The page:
As printed in Canadian Jeweller, June/July 2005 issue, p. 106
By Ronald R. Dupuis, FGA, GJ

Cufflinks with the Past

Despite the fickle fluctuations in fashion, a handsome pair of cufflinks, whether antique or modern, still denotes a well-dressed man.”
Cufflinks have the power to convey the personality or mood of the wearer. They can make a formal impression or a more casual, playful one, depending on their style and use of materials. From single, large diamonds connected by chains to basic gold-plated discs with brass connections, they are available in myriad manifestations, in every price range.
jewellery manufacturer created the cufflink, as we know it today. George Krementz, a prominent Newark jeweller, patented a design that would not require the wearer to attach each terminal together by chain. Instead, the cufflink became one whole piece. He also applied this invention to collar buttons and shirt studs.
Growing demand during the first part of the 20th century motivated manufacturers to improve fastening devices.

The history of cufflinks corresponds to that of the button and buttonholes on men’s shirts. The French cuff was created in the mid-17th century and required fasteners. The cufflink, in its basic form, was introduced as a solution. They were only worn by members of the aristocracy and were fittingly designed as elaborately jewelled buttons. By the end of the 17th century, cufflinks took over from the conventional ribbons and ties that were worn at the wrists of men’s shirtsleeves.
By the next century, cufflinks had grown in popularity and were worn by
the rising merchant class. As Queen Victoria ascended the throne, they became essential to men’s fashion. Cufflinks made in this era were often simply gold, silver or pearl terminals chained together by hollow linking. As the Industrial Revolution kicked off, electroplating was invented and brought jewellery to a wide sector of the population. The cufflink quickly became the most expressive‚Äìrather than the most expensive‚Äìof men’s fashions.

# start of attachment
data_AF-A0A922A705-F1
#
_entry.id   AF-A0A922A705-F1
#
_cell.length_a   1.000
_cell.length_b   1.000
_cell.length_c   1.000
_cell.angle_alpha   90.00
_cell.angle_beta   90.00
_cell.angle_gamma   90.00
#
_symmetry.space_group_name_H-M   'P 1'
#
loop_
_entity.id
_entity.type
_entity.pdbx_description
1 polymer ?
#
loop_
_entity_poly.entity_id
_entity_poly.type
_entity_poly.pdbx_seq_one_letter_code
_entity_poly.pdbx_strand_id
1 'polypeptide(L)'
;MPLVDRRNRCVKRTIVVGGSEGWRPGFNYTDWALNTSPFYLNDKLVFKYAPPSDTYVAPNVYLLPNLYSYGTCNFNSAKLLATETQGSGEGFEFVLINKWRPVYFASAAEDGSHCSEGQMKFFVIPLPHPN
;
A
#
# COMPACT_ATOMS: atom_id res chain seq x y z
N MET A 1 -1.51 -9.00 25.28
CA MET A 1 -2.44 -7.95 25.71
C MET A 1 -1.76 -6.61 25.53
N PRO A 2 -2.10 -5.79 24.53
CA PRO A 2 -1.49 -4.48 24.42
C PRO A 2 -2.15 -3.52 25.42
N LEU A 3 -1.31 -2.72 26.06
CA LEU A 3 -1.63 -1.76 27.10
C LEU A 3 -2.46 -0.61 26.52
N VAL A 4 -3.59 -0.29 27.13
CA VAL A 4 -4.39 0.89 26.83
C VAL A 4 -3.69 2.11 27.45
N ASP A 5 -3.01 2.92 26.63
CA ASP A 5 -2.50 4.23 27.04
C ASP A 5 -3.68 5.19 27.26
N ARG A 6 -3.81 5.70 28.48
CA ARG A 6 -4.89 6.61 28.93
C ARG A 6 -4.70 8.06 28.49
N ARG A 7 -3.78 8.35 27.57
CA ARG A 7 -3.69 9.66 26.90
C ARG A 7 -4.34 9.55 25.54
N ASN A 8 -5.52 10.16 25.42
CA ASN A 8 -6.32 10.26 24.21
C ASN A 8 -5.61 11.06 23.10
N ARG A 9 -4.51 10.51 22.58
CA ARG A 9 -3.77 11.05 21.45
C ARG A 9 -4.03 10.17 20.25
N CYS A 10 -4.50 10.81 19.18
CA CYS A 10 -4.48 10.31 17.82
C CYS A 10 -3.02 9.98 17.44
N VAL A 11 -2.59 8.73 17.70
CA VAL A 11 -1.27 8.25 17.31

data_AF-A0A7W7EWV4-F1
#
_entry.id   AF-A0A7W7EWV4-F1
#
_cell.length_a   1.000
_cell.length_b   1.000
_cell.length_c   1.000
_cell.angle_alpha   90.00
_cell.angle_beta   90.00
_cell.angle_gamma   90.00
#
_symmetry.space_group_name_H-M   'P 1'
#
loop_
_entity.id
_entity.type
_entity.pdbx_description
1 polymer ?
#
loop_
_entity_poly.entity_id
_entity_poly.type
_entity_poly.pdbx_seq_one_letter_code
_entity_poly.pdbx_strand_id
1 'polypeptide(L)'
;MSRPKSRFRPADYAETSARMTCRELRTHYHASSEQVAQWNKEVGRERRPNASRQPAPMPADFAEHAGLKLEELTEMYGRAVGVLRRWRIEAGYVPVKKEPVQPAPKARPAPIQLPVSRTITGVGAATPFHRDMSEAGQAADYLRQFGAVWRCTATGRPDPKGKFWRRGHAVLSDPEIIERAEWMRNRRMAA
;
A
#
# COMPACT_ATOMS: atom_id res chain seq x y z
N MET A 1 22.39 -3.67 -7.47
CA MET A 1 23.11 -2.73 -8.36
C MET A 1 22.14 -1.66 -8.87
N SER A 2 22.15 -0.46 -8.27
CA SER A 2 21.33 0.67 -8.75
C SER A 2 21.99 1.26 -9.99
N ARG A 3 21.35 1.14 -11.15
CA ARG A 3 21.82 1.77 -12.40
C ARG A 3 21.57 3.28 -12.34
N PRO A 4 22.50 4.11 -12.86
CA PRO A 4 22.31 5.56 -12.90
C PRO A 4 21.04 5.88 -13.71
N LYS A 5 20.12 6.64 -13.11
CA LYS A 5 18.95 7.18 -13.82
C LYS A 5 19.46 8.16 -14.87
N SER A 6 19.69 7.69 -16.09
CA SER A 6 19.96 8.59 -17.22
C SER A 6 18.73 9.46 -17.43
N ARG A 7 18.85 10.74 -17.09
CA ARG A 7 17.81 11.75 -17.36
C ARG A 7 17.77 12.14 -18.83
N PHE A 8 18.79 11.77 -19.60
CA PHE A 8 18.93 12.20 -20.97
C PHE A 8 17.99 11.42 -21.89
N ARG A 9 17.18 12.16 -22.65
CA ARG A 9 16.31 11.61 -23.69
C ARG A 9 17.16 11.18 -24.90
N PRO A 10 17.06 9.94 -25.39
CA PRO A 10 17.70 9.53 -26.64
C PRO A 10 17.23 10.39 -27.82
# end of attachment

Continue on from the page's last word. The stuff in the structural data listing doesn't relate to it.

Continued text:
It was only toward the end of the 19th century that an American
Throughout the Second World War, the post-war period and into the early 1970s, extreme cufflink designs were created during this period. The designs with which a man chose to adorn his attire revealed much about his personality. Because of this inherent symbolism, cufflinks have maintained a stable and continuous popularity through centuries that is rarely seen among other types of jewellery.
Despite the fickle fluctuations in fashion, a handsome pair of cufflinks, whether antique or modern, still denotes a well-dressed man.

Top: Enamel and 18k gold cufflinks by David Webb, circa 1970; Art Deco onyx, diamond and platinum cufflinks, circa 1915; Antique enamel and diamond cufflinks, St. Petersburg, circa 1900.

More Articles

Pearls: The evolution of a classic
Alloys through the ages
Time and tide: Men’s jewellery through the ages
Understated beauty: Diving into mid-century modern design
Being cute: Whimsical jewellery captivates and charms
Leaf motifs: Perennially popular and always in vogue
SHE SAID YES - Now say yes to the jewels
Jadeite Jade
Culture of the supernatural
Timing is everything
Silver Linings
Industrial Chic
Put some thought into it
Romancing the stones
Orange you happy?
Cocktails anyone?
World events shape design
And the bead goes on
The state of estate sales
An endearing and enduring motif
Production evolves as it revolves
Wearable Art
Neither faux nor faux pas
World of Watches
Queen for a day
Future Connections
Function follows form
Convertible Creations
Gemstones A kaleidoscope of choice
Gifting: the vintage advantage
An eye for detail
Evolution in White
For the boys
A case for the watch
Vintage value
Gold: A standard of adornment
Portrait of an auction
Platinum period
Demistifying auction values
A magnificent tiara
Appraising the appraisal process for period jewels
The story of the Asscher cut
The Timeless Elegance of Art Deco
If jewels could talk... What stories they'd tell!
Solving the puzzle of period pieces
The jewellery of 1918 to 1939
The Magnificence of Micromosaics
Jersey Jewellery
Love, Victorian style
Fabergé: Jeweller to the Czars
Untouched jewels retain their value
'50s design full of optimism, exuberance
Cameo Appearance
Diamond aristocrats: a history of cut
Cufflinks with the Past
Estate jewellery as a source of rare and fine gems
The beauty of authentic Deco